By Rachel Miller, PT, DPT
Prolapse is when one or more of the pelvic organs (bladder, uterus, rectum, intestines) move downward. Severe prolapse is when these organs come out externally, where a bulge can be seen or felt. Mild or moderate prolapse is more common. Symptomatically, prolapse can feel like pressure, heaviness or aching in the pelvic floor, or the feeling of a tampon falling out. Prevalence of prolapse has been difficult to confirm, especially given the fact that only 4-10% of women who have prolapse report symptoms. One research study discovered prolapse in 32% of women and a different study found prolapse in 98%, and other studies have shown numbers in between. While we are not sure exactly how many women it affects, it is a large percentage of middle-aged and older women. Risk factors for prolapse include increasing age, obesity, chronic constipation, vaginal delivery especially with trauma or episiotomy, smoking and giving birth to large babies. Women who have had a c-section are less likely to develop cystocele and rectocele but still are likely to develop uterine prolapse. Terms such as cystocele refer to which organ is prolapsed, in this case the bladder (see the picture for more details). There are different types of prolapse and you can have more than one at the same time. Prolapse is diagnosed with a pelvic exam (so ask your healthcare provider about it when you go next time) so you can know your body.
The word prolapse can sound scary. And the statistics make you realize how many of us likely have some degree of mild prolapse without any symptoms. Don’t be afraid. I like to think of it as the organs have shifted during pregnancy, they were stretched and pushed down by baby. After delivery, our body is healing and reorganizing for up to a year postpartum. If you have prolapse right after having a baby, know that it will likely improve as you heal. If you have never had a baby or had a baby a long time ago, there is still hope. This is a wake up call to be proactive. We have control over our pelvic floor strength, and how we use our body all day long.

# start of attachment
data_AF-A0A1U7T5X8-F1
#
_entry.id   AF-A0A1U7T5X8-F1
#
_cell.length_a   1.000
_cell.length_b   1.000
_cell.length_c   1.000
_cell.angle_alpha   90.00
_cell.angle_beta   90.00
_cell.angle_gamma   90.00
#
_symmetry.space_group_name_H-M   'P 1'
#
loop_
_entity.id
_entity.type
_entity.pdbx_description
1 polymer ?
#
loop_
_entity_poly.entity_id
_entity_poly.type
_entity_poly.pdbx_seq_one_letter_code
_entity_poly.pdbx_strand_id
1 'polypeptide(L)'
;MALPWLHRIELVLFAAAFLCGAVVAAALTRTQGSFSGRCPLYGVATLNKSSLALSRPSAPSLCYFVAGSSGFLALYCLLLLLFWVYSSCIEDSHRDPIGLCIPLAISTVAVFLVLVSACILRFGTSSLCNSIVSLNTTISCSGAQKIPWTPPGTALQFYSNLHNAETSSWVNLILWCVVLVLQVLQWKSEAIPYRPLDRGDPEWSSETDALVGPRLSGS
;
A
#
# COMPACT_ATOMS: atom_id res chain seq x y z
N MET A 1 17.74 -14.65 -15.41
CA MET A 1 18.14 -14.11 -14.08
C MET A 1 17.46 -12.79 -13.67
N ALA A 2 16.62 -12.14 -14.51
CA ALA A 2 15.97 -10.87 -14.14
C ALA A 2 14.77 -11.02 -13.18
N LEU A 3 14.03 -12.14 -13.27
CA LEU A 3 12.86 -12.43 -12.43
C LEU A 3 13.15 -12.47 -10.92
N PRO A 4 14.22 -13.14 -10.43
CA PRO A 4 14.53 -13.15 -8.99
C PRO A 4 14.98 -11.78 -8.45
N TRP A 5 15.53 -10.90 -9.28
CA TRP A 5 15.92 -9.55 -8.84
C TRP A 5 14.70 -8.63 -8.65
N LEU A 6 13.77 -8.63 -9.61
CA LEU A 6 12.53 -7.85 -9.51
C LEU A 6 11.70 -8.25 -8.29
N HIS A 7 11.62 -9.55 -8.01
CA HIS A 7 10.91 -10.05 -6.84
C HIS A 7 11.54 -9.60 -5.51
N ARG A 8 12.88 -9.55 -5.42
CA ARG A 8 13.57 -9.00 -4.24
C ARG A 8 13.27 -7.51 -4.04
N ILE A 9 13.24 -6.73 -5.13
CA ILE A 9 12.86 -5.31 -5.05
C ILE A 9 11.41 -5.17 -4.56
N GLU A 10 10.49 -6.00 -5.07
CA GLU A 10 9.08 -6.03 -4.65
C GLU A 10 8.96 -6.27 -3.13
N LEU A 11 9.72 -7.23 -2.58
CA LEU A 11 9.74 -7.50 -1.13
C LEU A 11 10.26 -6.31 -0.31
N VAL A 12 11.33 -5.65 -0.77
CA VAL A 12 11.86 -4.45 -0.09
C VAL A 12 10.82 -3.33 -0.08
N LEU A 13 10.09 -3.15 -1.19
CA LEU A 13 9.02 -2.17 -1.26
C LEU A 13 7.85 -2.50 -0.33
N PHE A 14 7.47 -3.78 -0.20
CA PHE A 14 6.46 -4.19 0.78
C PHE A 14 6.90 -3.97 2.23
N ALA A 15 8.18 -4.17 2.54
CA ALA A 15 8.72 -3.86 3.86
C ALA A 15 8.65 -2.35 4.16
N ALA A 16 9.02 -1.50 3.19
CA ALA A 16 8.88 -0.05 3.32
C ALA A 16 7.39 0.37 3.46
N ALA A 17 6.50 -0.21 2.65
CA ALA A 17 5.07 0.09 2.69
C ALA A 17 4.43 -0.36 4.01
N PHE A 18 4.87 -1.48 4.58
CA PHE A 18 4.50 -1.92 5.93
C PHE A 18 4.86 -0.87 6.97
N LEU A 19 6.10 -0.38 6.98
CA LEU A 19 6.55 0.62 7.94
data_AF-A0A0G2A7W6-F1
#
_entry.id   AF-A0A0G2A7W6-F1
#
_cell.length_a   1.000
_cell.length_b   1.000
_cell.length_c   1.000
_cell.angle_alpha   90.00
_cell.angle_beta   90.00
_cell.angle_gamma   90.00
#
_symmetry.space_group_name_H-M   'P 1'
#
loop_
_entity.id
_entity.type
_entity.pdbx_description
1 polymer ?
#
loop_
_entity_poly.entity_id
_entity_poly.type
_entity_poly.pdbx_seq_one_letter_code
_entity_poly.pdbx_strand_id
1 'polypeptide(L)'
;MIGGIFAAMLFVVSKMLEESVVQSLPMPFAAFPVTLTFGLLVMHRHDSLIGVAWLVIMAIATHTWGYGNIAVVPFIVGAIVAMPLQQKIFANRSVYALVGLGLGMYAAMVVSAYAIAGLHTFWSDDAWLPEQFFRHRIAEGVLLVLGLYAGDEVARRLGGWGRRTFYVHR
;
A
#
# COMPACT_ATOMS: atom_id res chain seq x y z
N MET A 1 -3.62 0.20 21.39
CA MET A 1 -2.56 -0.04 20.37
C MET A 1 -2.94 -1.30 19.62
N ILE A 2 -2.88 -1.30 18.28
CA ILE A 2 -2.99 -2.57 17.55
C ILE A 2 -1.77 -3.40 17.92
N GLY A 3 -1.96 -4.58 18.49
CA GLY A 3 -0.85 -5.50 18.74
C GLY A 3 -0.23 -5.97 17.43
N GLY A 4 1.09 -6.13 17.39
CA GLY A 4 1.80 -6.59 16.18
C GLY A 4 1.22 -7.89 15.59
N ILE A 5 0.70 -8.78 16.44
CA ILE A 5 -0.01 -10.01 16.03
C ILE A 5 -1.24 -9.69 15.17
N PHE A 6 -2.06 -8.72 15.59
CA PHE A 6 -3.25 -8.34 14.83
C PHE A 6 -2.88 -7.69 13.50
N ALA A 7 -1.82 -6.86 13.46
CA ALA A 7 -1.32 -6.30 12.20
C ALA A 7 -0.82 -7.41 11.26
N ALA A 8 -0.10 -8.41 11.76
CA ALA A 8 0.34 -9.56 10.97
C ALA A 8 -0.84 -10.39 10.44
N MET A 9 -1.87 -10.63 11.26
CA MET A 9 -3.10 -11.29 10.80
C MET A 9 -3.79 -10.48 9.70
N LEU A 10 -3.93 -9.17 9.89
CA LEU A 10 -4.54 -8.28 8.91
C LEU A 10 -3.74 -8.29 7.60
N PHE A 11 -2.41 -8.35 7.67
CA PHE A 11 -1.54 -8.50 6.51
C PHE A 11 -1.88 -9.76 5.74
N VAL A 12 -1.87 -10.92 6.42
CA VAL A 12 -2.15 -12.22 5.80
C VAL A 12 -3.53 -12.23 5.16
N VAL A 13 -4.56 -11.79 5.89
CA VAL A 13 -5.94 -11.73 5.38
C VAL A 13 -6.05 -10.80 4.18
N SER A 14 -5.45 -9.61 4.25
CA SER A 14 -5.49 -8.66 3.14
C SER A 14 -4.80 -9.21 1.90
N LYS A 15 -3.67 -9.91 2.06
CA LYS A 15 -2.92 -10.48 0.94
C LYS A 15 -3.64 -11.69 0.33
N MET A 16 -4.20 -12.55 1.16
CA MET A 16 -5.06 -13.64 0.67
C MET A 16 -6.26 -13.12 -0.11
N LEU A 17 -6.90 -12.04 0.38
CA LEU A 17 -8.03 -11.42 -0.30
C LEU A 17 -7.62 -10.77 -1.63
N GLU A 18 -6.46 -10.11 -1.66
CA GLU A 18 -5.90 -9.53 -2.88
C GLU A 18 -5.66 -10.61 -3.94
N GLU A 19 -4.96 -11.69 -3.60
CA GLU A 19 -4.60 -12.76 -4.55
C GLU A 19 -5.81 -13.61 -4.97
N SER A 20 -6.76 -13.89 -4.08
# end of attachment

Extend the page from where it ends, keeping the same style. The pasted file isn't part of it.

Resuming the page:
What contributes to prolapse? Excess pressure, specifically downward pressure on the pelvic floor. Things like straining to have a bowel movement, pushing a baby out for hours. But also bearing down on your pelvic floor when you are doing strenuous activities such as lifting your kids, working out, even yelling. It is my belief that years of this excess pressure in combination with gravity and more hormone changes during peri-menopause may contribute to pelvic floor issues (such as prolapse and incontinence) later in life. While there are no studies to prove or disprove this, I believe that it is worth taking the time to work on your core and pelvic floor to help now and hopefully in the future.
To be proactive, it is important to learn intra-abdominal pressure management strategies. Big words, right? What that means is learning how to use the inner core system functionally. The pelvic floor, abdominal wall, diaphragm, and deep back muscles all working together without putting excessive pressure on the abdominal wall or pelvic floor. A functional core system will not only help prolapse, but can also help with back pain and other issues as well. Unfortunately, it is not as easy as just doing one or two exercises. It is truly understanding where these deep muscles are and how to apply these concepts into your daily activities as well as other types of exercise. The goal is a functional, reflexive core system that provides support and stability. Whether you have prolapse or not, whether you have symptoms or not, right now is the best time to start.
Permission to use copyright images from Pelvic Guru LLC.
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